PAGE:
A few weeks ago, the Michigan Court of Appeals ruled that an error was not made by the judge in the trial of Henretta Little who was convicted on charges of kidnapping, torture, and assault with intent to do great bodily harm less than murder. The charges were in connection with a man who lived with Little and her cousin, Laprincess Jones.
The alleged victim was mentally disabled, according to a news article at Mlive.com. Little, who is 31 years old, was convicted in December of 2012 and sentenced to 18 years in prison. News articles state that Little and her 26-year-old cousin lived with the man, who was in his 20s at the time and collecting disability checks from the state. The two women reportedly imprisoned the man inside the house and beat him with various objects, according to police. Jones struck a plea deal with prosecutors, pleading guilty to assault and imprisonment in exchange for her testimony against Little.
The victim in the case testified that his feet and legs were injured on numerous occasions by Little, who struck him with a hammer. He also told the court that he was forced to sleep in a locked chest-like bench at the foot of Little’s bed.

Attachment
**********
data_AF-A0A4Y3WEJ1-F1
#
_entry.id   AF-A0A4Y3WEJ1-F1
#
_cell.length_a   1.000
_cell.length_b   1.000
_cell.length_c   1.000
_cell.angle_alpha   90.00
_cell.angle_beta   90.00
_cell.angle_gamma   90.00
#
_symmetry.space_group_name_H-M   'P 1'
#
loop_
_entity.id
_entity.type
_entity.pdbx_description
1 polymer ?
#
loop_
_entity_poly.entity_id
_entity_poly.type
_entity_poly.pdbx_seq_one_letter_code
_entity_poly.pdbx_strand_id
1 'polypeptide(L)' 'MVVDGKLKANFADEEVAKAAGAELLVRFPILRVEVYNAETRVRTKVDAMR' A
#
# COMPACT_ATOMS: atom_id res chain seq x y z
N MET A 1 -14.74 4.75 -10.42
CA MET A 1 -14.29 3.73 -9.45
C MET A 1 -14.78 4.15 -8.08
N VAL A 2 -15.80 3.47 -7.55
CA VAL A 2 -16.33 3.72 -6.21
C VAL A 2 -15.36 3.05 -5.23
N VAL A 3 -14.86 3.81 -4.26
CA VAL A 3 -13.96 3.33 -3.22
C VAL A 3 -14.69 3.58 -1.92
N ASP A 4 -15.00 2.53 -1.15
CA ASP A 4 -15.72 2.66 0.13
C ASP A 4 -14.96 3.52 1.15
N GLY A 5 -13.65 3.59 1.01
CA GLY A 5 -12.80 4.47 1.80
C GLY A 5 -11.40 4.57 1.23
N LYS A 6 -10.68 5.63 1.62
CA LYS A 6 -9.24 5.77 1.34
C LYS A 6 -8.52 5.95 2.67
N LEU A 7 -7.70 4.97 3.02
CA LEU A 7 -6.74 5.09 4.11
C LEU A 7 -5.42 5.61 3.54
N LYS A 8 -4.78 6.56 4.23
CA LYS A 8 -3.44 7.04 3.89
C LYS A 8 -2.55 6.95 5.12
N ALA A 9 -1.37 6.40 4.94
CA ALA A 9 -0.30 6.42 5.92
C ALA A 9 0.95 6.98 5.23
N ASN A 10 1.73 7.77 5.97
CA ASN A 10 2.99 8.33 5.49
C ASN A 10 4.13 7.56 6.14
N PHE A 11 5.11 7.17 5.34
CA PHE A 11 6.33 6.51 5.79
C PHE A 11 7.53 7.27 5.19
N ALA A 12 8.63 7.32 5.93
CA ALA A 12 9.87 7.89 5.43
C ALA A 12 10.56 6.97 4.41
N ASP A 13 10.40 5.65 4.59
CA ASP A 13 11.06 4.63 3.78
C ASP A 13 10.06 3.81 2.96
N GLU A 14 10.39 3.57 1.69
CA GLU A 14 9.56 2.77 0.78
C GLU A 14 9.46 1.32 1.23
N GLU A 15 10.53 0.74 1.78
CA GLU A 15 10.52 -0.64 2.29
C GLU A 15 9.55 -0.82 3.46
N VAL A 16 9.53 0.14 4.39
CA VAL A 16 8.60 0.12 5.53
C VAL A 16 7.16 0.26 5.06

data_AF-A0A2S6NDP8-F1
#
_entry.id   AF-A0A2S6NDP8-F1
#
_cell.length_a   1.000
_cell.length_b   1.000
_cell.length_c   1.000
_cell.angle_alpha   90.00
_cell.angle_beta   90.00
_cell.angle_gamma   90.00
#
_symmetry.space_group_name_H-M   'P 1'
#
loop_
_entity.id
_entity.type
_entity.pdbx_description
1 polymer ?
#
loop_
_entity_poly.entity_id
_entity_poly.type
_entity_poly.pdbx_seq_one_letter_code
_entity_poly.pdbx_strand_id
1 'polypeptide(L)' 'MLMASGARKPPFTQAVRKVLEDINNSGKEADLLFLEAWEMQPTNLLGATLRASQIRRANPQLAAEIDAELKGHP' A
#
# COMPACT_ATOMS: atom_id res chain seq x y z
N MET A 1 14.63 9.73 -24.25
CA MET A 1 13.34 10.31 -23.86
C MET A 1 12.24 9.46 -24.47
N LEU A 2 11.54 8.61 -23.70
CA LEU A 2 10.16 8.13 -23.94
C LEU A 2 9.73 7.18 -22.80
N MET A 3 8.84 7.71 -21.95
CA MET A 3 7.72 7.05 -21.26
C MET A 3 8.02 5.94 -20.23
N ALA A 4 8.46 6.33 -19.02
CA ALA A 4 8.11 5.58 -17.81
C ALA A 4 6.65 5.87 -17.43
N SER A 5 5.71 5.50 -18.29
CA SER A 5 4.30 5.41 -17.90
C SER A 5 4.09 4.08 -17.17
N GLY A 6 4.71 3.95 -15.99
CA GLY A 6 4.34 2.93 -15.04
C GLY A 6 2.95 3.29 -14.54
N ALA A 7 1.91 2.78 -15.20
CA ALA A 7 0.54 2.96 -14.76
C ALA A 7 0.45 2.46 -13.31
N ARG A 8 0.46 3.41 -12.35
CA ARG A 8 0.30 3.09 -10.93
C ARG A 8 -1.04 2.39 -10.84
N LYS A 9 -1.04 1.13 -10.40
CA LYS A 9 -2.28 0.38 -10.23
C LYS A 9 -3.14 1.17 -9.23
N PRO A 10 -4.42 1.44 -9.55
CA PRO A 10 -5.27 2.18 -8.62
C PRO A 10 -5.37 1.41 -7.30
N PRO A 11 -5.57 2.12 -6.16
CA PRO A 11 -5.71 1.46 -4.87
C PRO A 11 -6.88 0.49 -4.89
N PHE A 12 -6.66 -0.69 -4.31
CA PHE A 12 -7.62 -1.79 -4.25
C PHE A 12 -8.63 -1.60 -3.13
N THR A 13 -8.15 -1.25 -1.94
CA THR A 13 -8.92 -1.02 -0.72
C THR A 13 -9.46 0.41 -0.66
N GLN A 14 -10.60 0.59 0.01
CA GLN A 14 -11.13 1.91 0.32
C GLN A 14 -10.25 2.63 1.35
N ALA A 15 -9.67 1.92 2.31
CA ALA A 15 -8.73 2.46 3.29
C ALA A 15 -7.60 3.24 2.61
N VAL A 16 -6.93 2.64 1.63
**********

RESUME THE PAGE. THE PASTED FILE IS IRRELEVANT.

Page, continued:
Little was pregnant when the trial began on December 6, however it was postponed two days later when she thought she had gone into labor, however that proved not to be the case. The trial continued the next week, ultimately ending in Little’s conviction.
Little’s attorney appealed the convictions based on Jones’ plea agreement. Little argued that her attorney should have been allowed by Saginaw County Circuit Judge James T. Borchard to question her cousin (Jones) on the maximum penalties Jones faced on the original charges against her, and that the jurors should have been instructed on the same.
Judge Borchard said that because Little faced the same charges as Jones, it was not proper for the jury to be informed on the maximum penalties of the charges. Michigan court of appeals judges agreed, and upheld her conviction. The appellate judges wrote that the defendant’s lawyer had a reasonable opportunity to challenge Jones’ inconsistent statements as well as her credibility based on her plea deal.
Individuals who have been convicted of a criminal offense should know that it doesn’t necessarily mean you have reached the end of your rope – there may be other options. However, not all Michigan criminal appeals lawyers will reach a positive outcome, so it is important that you choose an attorney who is aggressive, capable, and has years of experience with the appeals process.
If you have been unfairly sentenced or convicted of a crime and feel an injustice has been done, contact a talented Michigan criminal appeals attorney at once for further support and guidance.